},
            {
                plot: 'The dark side of the Force is stronger.',
                writer: 'Darth Vader',
            },
            {
                plot: 'One does not simply walk into Mordor',
                writer: 'Boromir',
            }, 
        ]
    }
})
</script> 
</html>

The next step is to give the user a way to vote once, the story he desires to. To apply this limit (1 vote per story) we will display the ‘Upvote’ button only if user has not already voted. So, every story must have a voted property that becomes true when upvote function executes.

<template id="story-template"> 
    <li class="list-group-item">
         {{ story.writer }} said "{{ story.plot }}". 
         Story upvotes {{ story.upvotes }}.
        <button v-show="!story.voted" @click="upvote" class="btn btn-default">
            Upvote 
        </button>
    </li> 
</template>

Vue.component('story', {
    template: "#story-template",
    props: ['story'],
    methods:{
        upvote: function(){ 
            this.story.upvotes += 1; 
            this.story.voted = true;
        },
    }
});

new Vue({
    el: '#app',
    data: {
        stories: [
             {
                plot: 'My horse is amazing.',
                writer: 'Mr. Weebl',
                upvotes: 28,
                voted: false,
            },
            {
                plot: 'Narwhals invented Shish Kebab.',
                writer: 'Mr. Weebl',
                upvotes: 8,
                voted: false,
            },
            {
                plot: 'The dark side of the Force is stronger.',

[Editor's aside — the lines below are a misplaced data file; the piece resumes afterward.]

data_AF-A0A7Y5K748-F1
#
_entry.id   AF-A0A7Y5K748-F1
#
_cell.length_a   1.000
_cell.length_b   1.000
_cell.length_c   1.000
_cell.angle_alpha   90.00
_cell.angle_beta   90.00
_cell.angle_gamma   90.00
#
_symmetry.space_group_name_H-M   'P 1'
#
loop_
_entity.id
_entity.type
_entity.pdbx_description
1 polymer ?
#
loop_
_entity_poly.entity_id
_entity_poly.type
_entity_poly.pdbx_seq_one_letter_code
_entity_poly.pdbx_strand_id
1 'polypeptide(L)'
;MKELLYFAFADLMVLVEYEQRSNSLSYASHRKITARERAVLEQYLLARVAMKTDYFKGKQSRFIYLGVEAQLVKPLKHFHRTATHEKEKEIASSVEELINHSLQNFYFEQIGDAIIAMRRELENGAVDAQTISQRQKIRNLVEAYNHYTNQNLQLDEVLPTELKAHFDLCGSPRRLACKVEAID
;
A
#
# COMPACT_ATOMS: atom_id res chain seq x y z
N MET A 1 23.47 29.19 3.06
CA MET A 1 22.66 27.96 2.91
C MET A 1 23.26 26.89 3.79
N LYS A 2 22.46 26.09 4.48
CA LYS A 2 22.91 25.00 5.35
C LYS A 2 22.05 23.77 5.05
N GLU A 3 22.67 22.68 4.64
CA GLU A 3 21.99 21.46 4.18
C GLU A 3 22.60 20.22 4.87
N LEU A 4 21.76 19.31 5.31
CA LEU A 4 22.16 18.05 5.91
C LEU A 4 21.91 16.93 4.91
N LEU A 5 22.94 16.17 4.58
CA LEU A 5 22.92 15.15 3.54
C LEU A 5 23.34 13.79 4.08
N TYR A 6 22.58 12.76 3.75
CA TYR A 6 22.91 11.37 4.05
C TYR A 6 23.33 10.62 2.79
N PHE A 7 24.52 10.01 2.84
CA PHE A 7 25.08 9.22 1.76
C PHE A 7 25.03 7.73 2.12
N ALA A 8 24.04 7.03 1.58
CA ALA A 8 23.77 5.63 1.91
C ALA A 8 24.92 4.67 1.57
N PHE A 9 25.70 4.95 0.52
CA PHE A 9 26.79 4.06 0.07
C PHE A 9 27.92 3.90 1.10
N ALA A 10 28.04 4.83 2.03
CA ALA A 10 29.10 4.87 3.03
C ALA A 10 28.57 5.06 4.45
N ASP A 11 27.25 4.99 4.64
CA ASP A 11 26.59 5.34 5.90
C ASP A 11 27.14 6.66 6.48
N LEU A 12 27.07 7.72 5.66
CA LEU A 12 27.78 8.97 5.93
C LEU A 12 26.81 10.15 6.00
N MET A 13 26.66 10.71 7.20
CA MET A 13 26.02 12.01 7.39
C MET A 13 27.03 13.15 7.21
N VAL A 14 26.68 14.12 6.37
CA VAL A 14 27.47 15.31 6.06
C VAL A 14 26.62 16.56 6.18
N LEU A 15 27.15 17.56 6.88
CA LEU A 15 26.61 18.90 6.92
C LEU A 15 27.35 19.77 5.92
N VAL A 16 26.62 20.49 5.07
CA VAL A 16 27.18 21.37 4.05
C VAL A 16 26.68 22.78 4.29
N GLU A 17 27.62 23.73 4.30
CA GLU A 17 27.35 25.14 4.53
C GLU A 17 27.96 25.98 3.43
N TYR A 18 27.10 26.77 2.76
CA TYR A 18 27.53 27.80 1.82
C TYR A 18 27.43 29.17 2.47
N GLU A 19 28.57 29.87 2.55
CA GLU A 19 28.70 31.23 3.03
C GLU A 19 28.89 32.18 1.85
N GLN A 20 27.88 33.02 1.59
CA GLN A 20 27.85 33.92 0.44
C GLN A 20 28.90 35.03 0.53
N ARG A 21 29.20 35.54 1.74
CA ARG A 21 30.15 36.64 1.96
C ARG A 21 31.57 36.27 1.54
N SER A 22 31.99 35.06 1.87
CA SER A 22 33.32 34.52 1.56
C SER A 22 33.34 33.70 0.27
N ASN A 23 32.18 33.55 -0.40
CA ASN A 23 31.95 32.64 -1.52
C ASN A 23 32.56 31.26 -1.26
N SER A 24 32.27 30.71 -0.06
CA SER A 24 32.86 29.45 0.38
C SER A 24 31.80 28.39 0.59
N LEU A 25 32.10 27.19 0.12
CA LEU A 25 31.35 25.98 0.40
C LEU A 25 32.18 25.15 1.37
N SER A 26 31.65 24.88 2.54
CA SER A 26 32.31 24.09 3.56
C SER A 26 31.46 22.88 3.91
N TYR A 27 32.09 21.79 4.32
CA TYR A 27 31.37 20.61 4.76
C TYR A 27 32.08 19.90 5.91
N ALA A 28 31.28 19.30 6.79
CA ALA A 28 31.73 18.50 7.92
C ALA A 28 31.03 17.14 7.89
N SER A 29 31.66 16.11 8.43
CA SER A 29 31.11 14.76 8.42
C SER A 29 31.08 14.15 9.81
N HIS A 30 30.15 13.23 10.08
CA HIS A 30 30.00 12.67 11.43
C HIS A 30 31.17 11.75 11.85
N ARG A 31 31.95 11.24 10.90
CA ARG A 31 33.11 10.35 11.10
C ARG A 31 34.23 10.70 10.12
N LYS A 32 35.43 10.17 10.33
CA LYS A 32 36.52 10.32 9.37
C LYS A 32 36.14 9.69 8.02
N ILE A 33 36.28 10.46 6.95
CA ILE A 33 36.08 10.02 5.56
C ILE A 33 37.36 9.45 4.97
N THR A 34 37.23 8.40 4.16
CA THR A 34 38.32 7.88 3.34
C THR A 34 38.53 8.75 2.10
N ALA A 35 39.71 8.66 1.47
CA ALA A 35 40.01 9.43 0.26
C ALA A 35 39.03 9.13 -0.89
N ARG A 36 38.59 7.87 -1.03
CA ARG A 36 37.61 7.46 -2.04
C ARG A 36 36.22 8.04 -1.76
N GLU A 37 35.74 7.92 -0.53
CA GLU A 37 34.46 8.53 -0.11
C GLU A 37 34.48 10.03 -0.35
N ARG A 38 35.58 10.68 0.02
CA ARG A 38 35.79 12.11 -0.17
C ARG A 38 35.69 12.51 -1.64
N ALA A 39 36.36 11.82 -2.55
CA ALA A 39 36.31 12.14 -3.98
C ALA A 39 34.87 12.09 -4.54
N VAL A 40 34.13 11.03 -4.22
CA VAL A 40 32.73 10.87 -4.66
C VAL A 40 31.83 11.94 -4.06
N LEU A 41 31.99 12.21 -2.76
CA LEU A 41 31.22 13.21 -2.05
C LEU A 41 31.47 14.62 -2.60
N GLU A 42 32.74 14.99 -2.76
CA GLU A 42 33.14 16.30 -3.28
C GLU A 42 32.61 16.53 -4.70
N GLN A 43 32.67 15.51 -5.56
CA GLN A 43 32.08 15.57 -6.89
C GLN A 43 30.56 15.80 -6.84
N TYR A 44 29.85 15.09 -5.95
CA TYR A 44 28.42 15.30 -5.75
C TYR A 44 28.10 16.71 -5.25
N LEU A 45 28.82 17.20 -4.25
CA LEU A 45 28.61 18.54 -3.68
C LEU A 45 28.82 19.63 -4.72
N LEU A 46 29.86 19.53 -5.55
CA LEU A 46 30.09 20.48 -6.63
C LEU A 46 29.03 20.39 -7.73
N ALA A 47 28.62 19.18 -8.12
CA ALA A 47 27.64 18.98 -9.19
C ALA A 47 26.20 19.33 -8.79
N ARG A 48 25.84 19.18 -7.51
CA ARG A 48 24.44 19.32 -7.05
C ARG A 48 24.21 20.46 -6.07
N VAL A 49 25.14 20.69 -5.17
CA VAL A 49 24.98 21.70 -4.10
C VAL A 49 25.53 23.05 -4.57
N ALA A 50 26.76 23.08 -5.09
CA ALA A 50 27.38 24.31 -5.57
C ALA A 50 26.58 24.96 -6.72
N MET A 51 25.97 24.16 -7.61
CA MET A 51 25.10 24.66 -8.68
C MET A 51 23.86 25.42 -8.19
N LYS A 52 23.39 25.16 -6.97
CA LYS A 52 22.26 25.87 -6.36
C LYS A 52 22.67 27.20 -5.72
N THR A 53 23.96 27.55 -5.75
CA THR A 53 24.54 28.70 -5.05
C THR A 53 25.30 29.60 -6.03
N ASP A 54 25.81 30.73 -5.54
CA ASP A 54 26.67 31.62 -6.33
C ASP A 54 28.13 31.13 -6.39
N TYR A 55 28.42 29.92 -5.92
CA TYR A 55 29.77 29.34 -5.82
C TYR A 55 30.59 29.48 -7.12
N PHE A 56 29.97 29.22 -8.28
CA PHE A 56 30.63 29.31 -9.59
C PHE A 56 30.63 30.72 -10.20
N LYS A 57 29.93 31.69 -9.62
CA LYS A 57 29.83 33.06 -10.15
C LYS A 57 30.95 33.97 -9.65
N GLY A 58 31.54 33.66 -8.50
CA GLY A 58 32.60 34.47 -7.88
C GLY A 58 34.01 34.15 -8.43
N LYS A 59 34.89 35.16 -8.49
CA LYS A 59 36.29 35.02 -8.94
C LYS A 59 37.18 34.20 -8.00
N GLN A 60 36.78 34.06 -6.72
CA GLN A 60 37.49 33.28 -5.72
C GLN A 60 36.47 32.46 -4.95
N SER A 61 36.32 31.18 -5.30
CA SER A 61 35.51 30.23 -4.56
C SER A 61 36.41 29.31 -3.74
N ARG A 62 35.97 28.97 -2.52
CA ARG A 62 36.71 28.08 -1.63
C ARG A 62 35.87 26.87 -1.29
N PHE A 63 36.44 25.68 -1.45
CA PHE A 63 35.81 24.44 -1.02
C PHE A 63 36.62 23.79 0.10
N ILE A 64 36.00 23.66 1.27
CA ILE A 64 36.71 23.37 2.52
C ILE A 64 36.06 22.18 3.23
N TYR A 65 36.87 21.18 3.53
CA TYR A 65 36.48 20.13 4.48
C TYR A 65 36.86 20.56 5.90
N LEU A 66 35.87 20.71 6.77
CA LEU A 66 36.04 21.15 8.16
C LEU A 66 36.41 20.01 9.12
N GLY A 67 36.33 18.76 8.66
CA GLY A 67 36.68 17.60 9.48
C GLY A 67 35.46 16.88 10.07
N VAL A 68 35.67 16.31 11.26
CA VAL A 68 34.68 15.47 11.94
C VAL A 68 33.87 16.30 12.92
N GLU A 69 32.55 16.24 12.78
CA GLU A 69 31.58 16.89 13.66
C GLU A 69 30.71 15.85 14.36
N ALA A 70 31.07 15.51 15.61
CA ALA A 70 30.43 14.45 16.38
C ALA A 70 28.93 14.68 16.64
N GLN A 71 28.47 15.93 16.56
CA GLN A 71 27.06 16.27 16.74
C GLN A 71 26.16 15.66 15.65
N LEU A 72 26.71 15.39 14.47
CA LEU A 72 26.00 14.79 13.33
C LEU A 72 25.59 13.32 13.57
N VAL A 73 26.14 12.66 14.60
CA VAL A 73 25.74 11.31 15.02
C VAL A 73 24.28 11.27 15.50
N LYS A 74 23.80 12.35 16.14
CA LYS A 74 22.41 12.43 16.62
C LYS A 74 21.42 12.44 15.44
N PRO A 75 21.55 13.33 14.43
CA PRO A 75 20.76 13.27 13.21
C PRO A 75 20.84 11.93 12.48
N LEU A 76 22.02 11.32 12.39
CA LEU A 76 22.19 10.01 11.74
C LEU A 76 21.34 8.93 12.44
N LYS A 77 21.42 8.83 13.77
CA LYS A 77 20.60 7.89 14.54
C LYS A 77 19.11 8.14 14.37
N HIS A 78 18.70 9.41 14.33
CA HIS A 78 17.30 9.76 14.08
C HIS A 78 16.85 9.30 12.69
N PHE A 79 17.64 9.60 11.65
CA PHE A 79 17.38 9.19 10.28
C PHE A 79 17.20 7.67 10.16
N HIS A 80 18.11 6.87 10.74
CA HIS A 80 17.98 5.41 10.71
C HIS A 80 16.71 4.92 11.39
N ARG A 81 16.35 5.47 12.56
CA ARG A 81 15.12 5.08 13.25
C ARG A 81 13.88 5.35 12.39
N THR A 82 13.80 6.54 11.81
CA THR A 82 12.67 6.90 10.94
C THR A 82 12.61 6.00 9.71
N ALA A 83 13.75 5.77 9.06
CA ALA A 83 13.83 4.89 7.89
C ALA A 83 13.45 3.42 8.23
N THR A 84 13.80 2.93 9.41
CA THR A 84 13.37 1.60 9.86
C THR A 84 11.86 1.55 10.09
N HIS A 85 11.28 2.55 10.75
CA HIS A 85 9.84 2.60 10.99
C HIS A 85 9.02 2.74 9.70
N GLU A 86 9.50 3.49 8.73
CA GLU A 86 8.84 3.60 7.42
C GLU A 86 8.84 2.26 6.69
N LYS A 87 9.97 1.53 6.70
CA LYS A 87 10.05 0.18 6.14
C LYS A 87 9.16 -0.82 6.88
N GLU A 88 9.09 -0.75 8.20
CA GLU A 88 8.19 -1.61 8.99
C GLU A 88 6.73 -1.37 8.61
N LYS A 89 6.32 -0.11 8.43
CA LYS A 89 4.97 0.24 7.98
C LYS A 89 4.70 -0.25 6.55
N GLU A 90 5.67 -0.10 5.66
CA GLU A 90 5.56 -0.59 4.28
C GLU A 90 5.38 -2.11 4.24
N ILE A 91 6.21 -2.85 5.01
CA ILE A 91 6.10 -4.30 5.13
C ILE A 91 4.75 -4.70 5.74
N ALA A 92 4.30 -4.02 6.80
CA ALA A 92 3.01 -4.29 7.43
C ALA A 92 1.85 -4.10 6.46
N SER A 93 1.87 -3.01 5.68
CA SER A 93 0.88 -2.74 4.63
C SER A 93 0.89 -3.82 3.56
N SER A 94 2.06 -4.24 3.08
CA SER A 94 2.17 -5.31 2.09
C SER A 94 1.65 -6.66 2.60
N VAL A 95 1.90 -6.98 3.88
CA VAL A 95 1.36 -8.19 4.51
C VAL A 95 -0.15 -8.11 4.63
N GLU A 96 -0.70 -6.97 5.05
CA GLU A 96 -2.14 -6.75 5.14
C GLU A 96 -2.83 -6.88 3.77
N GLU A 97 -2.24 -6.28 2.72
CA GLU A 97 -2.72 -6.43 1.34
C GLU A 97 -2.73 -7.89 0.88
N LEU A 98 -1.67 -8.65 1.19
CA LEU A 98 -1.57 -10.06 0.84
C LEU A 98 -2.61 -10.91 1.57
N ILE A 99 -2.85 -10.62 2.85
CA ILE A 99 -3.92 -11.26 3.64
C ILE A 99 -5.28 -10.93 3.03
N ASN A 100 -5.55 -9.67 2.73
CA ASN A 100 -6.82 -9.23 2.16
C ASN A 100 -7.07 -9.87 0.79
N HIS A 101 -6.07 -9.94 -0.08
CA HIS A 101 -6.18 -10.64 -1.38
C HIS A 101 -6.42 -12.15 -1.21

writer: 'Darth Vader',
                upvotes: 49,
                voted: false,
            },
            {
                plot: 'One does not simply walk into Mordor',
                writer: 'Boromir',
                upvotes: 74,
                voted: false,
            },
        ]
    }
})

We have implemented, with the use of methods, the voting system. I think it looks good, so we can continue with the ‘favorite story’ part. We want the user to be able to choose only one story to be his favorite. The first thing that comes to my mind is to add one new empty object (favorite) and whenever the user chooses one story to be his favorite, update favorite variable. This way we will be able to check if a story is equal to the user’s favorite story. Let’s do this.

<template id="story-template">
    <li class="list-group-item">
        {{ story.writer }} said "{{ story.plot }}".
        Story upvotes {{ story.upvotes }}.
        <button v-show="!story.voted" @click="upvote" class="btn btn-default">
            Upvote
        </button>
        <button v-show="!isFavorite" @click="setFavorite" class="btn btn-primary">